President Trump, call your deputy attorney general's office. In one week, the White House has twice changed its story about why and on who's recommendation Trump fired FBI Director James Comey.

Contradicting his staff during an NBC interview last Tuesday, Trump said he fired Comey regardless of a memo drafted by Deputy Attorney General Rod Rosenstein. But suddenly the president now agrees with his staff, insisting that he axed Comey at Rosenstein's recommendation.

"Director Comey was very unpopular with most people," Trump said Thursday, regurgitating an old line before adding a new one. "I also got a very, very strong recommendation from the Deputy Attorney General."

And therein lies the problem. Did Trump rely on the Rosenstein memo, or did he go it alone?

If all of this sounds confusing, that's because it is, and frankly it's Trump's fault. The credibility of his attorney general and the rest of his administration is on the line. Either he based his actions on the memo, or he used the memo to reinforce his decision. Trump has to pick one. He can't continue to play it both ways.

Two developments add to the confusion. First, Rosenstein never expressly recommended that Trump fire Comey. And second, according to Sens. Claire McCaskill, D-Mo., and Dick Durbin, D-Ill., Rosenstein admitted during a classified briefing that he wrote the memo only after discovering that Trump planned to give Comey the boot.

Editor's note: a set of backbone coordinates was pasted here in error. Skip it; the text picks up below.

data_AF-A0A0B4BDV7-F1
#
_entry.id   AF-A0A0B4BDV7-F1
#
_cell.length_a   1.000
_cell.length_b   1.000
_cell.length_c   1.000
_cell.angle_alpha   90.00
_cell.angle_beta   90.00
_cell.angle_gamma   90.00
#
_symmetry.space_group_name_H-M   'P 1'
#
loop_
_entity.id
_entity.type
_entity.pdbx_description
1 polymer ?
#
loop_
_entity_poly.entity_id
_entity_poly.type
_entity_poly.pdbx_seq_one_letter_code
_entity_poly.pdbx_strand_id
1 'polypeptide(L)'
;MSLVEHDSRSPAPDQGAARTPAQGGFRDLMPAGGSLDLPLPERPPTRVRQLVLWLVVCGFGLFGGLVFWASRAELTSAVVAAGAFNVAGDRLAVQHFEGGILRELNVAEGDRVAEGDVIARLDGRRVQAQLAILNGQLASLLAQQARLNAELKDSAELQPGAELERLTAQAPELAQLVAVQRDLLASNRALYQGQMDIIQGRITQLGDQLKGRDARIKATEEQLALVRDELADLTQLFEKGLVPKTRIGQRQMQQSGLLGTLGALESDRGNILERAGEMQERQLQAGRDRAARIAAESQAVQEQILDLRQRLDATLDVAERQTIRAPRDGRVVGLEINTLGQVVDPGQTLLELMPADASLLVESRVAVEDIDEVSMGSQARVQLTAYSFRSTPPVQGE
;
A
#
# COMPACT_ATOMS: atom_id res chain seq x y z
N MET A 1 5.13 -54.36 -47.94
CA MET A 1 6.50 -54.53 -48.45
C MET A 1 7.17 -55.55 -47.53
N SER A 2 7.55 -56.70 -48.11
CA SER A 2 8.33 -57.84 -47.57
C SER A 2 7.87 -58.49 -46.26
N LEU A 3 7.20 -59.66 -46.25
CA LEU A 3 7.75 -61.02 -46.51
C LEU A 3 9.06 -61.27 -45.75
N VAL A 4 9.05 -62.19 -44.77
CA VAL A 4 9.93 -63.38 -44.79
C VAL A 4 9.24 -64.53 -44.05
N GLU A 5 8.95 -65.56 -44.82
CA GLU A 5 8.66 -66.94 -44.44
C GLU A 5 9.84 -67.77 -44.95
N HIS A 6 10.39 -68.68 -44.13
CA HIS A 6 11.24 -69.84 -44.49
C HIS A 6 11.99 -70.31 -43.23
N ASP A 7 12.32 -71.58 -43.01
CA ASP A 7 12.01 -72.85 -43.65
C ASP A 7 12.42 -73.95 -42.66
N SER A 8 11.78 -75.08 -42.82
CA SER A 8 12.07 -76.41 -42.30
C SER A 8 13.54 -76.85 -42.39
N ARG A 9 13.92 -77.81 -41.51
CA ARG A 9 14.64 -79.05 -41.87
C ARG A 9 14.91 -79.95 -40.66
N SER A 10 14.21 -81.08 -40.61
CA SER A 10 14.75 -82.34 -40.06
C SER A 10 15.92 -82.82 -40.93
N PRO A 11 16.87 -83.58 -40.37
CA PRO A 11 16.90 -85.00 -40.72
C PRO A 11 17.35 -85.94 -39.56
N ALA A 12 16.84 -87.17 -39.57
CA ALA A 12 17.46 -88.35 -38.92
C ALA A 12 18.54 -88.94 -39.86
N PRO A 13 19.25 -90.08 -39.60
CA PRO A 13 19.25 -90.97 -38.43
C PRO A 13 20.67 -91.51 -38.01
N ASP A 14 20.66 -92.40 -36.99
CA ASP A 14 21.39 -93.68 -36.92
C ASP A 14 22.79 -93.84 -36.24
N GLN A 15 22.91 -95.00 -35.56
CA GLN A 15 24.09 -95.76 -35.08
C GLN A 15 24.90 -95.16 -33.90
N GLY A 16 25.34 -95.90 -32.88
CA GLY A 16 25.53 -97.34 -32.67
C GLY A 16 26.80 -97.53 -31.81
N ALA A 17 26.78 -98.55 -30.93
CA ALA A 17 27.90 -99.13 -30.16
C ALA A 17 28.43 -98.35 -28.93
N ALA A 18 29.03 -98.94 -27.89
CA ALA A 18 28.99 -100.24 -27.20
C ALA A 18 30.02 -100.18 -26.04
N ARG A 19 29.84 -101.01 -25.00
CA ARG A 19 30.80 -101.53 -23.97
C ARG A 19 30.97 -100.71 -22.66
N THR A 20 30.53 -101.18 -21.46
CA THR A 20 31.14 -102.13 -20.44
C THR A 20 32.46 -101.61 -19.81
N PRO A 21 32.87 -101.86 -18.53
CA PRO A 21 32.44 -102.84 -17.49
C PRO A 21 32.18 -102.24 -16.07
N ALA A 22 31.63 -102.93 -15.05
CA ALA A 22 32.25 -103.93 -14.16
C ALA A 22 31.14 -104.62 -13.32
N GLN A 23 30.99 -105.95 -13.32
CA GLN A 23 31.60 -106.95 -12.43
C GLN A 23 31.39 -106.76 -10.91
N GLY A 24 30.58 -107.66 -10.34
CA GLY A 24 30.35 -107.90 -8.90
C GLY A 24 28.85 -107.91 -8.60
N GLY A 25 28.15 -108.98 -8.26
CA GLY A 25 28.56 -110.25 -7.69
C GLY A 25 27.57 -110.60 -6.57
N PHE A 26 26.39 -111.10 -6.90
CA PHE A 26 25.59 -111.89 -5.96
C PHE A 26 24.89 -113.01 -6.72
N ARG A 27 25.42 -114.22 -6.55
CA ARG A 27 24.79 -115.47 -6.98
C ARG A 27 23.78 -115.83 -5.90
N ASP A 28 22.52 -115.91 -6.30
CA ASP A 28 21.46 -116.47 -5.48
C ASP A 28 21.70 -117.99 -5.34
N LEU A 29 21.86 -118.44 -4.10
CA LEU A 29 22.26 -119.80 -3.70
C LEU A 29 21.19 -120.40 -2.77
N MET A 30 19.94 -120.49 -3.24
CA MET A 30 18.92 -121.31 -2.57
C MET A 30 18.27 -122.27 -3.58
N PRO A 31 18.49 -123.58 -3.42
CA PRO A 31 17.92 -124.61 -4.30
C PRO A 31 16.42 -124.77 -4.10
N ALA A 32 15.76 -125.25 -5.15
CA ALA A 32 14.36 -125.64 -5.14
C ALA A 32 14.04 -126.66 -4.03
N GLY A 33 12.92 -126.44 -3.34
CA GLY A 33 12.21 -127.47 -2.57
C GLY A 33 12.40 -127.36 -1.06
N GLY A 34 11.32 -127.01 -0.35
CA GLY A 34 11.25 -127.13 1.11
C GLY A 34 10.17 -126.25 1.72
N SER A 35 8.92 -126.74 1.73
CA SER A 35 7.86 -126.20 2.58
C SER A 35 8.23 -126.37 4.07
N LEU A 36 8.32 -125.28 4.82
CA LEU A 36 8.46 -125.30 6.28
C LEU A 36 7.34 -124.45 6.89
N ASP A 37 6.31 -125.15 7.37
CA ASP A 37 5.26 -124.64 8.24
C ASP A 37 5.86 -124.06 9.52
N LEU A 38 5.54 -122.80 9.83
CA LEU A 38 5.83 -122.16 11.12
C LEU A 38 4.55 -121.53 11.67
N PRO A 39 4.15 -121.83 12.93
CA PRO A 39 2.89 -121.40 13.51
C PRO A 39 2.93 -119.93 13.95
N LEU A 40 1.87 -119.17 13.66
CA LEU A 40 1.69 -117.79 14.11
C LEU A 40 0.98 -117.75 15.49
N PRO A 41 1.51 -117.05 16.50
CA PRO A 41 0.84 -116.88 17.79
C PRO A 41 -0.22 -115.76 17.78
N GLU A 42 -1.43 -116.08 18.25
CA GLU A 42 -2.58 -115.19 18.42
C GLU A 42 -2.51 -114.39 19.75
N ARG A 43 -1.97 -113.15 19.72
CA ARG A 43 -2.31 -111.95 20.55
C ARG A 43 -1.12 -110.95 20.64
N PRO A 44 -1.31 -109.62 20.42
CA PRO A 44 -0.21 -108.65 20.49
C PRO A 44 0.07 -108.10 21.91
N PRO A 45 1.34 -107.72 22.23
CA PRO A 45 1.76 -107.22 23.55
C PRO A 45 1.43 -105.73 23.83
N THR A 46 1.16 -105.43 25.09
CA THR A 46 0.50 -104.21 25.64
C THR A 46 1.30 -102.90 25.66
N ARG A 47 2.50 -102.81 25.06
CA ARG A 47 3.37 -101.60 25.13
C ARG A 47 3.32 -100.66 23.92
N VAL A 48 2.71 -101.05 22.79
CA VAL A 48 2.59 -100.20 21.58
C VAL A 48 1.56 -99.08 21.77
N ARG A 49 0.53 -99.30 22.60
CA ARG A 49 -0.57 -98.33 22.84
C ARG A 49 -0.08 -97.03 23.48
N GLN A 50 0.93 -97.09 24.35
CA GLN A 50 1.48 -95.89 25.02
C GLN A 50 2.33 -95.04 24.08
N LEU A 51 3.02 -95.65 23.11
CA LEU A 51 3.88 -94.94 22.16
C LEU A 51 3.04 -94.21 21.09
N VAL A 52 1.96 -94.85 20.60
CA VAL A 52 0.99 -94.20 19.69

This doesn't amount to a scandal just yet. More than likely Trump's not making the distinction and just being flippant with his language. Most people wouldn't. Then again most people aren't leading the free world.

After four months, it's time for Trump to recognize that his words are tantamount to actions. So long as he sits in the Oval Office, his soundbites have the power to send stocks crashing, the press scrambling and even troops marching. Being glib might go a long way in the business world, but it doesn't fly in the White House.

None of this is meant to disparage the president or his voters. The electorate knew full-well they were sending a brash businessman to D.C. They wanted action, not perfect and logical elocution. Still, each time Trump shoots from the hip, he manages to shoot himself in the foot and hobble his own agenda. It does him no favors.

Speculation will continue to get worse until Trump can get his story straight.

Philip Wegmann is a commentary writer for the Washington Examiner.